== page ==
Cursillo and the Marks of Mission

The course connects Christians to their baptismal covenant and Anglicans to the Marks of Mission. Photo: Vibe Images
The course connects Christians to their baptismal covenant and Anglicans to the Marks of Mission. Photo: Vibe Images
Published October 15, 2012

Anyone interested in a crash course in living the five Marks of Mission? If yes, you might consider investigating the Canadian Anglican Cursillo Movement. Spanish for “little course,” Cursillo offers three-day learning and witness retreats that cover the basics of Christianity in all its meditative and proactive forms.

According to Vicki Henrikson, the Coal Harbour-based chair of the Canadian Anglican Cursillo Secretariat (CACS), the course “connects Christians to their baptismal covenant and Anglicans to living the Marks of Mission.”

Cursillo originated in 1944 as a Roman Catholic revival movement in wartime Spain. “It was designed to get people, men especially, to come back to church, or to reach those who had not yet begun their spiritual journeys,” Henrikson says.

In 1949, Cursillo was officially endorsed by the Spanish Roman Catholic Church, and in the 1950s began to spread throughout Spanish-speaking countries and the U.S.

Cursillo first arrived in Canada in 1963 as a French-language course in Quebec. Canadian Anglicans first signed on in Toronto in 1977. Now the Anglican movement operates under a licence of agreement with the Dallas-based national secretariat of the Roman Catholic Cursillo movement in the U.S. Users of all denominations must agree to remain true to the original method and intent of Cursillo. “The courses are offered under the authority of the bishop as part of the diocese’s pastoral plan,” says Henrikson.

Typically, she points out, a course starts on Thursday evening with a meet-and-greet. Then, over the course of three days, the course unfolds to include worship, meditation, fellowship and a series of 15 faith-strengthening talks: 10 by laity; and five by clergy.

The addresses by lay people give participants the opportunity to witness where speakers are in their faith journeys. “We hear what has happened in people’s lives that keeps them involved in mission,” says Henrikson. Talks given by clergy cover such topics as faith, grace and obstacles to grace, and piety in apostolic action.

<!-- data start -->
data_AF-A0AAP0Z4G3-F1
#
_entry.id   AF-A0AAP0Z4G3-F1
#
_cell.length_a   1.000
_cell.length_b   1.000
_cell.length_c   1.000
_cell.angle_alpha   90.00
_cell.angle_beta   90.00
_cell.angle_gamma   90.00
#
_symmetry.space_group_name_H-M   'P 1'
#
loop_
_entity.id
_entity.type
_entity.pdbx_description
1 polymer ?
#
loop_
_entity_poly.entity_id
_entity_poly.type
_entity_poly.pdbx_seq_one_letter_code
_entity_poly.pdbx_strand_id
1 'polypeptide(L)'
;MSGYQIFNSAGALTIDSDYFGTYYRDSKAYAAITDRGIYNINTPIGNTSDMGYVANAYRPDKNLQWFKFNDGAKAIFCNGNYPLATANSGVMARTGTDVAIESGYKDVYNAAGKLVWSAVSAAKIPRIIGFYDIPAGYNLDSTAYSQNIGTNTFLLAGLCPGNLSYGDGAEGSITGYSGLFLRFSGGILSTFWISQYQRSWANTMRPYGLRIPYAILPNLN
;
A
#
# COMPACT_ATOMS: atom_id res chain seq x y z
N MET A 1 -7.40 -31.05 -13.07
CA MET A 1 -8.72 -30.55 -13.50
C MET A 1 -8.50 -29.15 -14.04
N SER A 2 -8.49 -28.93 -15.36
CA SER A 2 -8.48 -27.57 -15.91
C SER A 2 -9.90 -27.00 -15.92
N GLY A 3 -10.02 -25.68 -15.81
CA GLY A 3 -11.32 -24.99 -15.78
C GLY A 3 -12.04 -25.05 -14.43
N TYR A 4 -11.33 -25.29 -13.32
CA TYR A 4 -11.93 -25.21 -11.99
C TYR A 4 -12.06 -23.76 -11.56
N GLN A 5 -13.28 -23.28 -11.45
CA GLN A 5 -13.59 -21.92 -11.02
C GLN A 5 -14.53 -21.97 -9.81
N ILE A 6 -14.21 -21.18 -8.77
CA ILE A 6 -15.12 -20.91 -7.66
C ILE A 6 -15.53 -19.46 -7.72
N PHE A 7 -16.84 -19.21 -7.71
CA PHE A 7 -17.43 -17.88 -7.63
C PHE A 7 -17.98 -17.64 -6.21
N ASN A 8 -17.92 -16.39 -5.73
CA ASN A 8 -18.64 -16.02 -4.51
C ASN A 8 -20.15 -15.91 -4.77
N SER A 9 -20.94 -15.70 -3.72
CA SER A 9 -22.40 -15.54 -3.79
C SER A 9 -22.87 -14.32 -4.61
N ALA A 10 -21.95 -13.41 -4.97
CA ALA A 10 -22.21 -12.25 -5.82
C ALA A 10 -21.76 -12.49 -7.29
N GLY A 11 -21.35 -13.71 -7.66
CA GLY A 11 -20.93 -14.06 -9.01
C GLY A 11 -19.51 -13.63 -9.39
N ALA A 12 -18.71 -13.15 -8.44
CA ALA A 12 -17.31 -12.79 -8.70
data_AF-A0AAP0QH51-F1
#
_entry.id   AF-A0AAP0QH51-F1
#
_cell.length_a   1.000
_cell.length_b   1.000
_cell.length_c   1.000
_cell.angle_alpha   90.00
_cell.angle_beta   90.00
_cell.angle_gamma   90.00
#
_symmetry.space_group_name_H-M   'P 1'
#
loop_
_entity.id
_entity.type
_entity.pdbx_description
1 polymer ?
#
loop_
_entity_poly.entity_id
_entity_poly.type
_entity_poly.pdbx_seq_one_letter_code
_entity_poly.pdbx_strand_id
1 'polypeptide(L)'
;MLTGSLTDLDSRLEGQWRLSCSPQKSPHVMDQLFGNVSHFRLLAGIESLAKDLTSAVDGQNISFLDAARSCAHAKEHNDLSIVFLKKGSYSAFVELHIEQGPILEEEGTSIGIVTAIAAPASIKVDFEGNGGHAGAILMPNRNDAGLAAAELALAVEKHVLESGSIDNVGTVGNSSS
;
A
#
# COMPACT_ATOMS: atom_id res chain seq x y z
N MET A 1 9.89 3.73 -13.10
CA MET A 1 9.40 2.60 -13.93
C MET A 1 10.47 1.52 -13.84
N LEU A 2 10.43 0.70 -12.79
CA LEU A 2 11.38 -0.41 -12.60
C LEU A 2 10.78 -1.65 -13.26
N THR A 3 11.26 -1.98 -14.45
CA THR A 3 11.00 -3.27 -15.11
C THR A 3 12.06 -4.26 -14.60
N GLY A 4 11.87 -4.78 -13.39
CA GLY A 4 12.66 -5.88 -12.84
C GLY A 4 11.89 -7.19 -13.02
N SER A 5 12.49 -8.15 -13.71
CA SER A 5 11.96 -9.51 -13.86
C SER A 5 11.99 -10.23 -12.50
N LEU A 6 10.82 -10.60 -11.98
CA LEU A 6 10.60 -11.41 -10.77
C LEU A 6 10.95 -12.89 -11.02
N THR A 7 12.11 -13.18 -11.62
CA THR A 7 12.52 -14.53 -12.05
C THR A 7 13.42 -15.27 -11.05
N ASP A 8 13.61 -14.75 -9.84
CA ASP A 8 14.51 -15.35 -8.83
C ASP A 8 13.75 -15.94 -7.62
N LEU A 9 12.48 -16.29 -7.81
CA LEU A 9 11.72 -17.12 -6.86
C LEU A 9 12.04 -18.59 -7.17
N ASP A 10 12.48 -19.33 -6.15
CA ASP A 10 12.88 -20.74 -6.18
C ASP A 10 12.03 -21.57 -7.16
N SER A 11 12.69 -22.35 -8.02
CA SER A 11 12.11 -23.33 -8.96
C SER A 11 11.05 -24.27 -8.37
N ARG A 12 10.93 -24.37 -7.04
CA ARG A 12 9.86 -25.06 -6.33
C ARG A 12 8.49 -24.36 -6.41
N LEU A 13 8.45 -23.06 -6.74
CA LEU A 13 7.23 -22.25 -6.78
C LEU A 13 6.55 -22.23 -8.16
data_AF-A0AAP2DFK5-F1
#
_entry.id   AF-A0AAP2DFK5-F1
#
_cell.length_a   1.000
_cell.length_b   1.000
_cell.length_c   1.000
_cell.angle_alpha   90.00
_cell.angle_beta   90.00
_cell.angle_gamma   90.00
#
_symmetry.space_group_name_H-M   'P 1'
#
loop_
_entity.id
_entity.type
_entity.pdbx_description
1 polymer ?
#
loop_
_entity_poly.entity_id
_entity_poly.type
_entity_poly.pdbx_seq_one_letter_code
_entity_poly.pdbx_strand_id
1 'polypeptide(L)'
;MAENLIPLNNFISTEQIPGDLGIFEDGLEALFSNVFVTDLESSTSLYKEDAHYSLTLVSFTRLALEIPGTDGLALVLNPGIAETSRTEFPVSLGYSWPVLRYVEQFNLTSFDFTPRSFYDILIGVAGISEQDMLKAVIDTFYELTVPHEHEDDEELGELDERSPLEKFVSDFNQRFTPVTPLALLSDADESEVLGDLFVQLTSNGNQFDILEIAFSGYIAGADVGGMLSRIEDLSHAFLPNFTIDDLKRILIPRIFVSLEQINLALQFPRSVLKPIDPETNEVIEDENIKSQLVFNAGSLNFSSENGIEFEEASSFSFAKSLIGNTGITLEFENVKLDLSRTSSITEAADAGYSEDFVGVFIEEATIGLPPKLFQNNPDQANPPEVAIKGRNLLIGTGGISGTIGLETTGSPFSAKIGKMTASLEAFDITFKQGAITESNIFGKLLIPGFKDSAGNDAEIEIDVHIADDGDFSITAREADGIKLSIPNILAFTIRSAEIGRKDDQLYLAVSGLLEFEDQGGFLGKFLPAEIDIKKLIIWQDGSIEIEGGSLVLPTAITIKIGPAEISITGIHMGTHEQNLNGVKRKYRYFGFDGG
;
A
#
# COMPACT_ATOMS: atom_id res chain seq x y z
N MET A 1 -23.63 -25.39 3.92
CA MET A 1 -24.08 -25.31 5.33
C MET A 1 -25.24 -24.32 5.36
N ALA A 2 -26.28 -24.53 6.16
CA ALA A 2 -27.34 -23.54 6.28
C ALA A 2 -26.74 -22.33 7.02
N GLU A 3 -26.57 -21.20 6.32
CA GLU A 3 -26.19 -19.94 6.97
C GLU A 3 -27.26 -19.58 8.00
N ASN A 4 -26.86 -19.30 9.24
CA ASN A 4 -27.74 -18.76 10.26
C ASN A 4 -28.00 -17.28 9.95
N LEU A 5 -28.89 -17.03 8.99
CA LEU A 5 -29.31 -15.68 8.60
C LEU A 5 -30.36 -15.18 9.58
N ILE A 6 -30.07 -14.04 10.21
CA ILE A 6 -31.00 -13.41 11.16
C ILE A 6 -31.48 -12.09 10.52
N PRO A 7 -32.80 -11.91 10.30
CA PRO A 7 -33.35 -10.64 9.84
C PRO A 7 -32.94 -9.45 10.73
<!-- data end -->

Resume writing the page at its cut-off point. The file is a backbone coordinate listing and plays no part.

The course teaches people how to live a faith- and grace-based life. “It sets out a rule of life so people know what to follow when they return home in terms of prayer and study,” says Henrikson.

The emphasis on apostolic action shows people how to go outside the comfort zone to bring Christ to the people and to lead reformation in the church. It asks the question: How can we bring Christ to all situations in the greater community? In Henrikson’s view, the course covers all of the Marks of Mission, from sharing the good news of the kingdom to changing unjust social structures and safeguarding creation.

Attendance is initiated by invitation from a previous participant and approved by the parish priest. “We want to be sure a person is well in body, mind and spirit before attending,” Henrikson says. Fees vary depending on whether the course is held in a church facility or a commercial retreat centre. Hendrickson’s group uses sleeping bags and folding cots in a church hall and charges a fee of $95.

In the weeks after each course, small groups of participants keep in touch with each other, and a month later, the entire group meets in fellowship in what is called ultreya-a term derived form a medieval Spanish word used by pilgrims and meaning “onward.”

“When people who became close during the course see each other again, there’s nothing like it,” says Henrikson.

Archbishop Fred Hiltz, primate of the Anglican Church of Canada, did his Cursillo in Halifax in 2007. He says he believes the Cursillo movement “is a blessing in our church. Indeed, many women and men attribute their experience in Cursillo to the kindling or rekindling of their faith.”

The Anglican Cursillo website will soon feature a power point presentation outlining the course.


  • Diana Swift

    Diana Swift is an award-winning writer and editor with 30 years’ experience in newspaper and magazine editing and production. In January 2011, she joined the Anglican Journal as a contributing editor.

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